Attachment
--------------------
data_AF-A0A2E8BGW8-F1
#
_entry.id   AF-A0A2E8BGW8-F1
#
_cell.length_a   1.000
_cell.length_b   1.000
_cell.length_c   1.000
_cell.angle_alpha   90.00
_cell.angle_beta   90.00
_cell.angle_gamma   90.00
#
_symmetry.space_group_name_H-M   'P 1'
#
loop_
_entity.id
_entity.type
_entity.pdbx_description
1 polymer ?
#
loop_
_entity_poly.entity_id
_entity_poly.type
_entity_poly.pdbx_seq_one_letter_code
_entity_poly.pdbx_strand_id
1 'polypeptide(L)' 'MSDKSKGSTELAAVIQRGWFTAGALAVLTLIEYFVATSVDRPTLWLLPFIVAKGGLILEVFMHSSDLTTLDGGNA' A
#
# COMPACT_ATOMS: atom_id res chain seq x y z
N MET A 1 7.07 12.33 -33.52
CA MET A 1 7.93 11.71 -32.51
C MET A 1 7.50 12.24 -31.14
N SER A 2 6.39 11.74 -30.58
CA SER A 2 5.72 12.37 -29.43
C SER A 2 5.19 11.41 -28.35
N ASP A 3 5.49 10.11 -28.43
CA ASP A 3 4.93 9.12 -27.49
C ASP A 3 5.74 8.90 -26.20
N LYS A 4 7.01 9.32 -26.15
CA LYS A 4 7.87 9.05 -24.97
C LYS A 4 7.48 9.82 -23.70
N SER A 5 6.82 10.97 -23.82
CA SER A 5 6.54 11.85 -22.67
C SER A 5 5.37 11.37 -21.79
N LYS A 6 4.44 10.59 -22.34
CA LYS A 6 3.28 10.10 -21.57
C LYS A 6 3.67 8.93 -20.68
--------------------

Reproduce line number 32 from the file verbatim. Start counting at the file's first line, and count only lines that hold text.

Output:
CA SER A 2 5.72 12.37 -29.43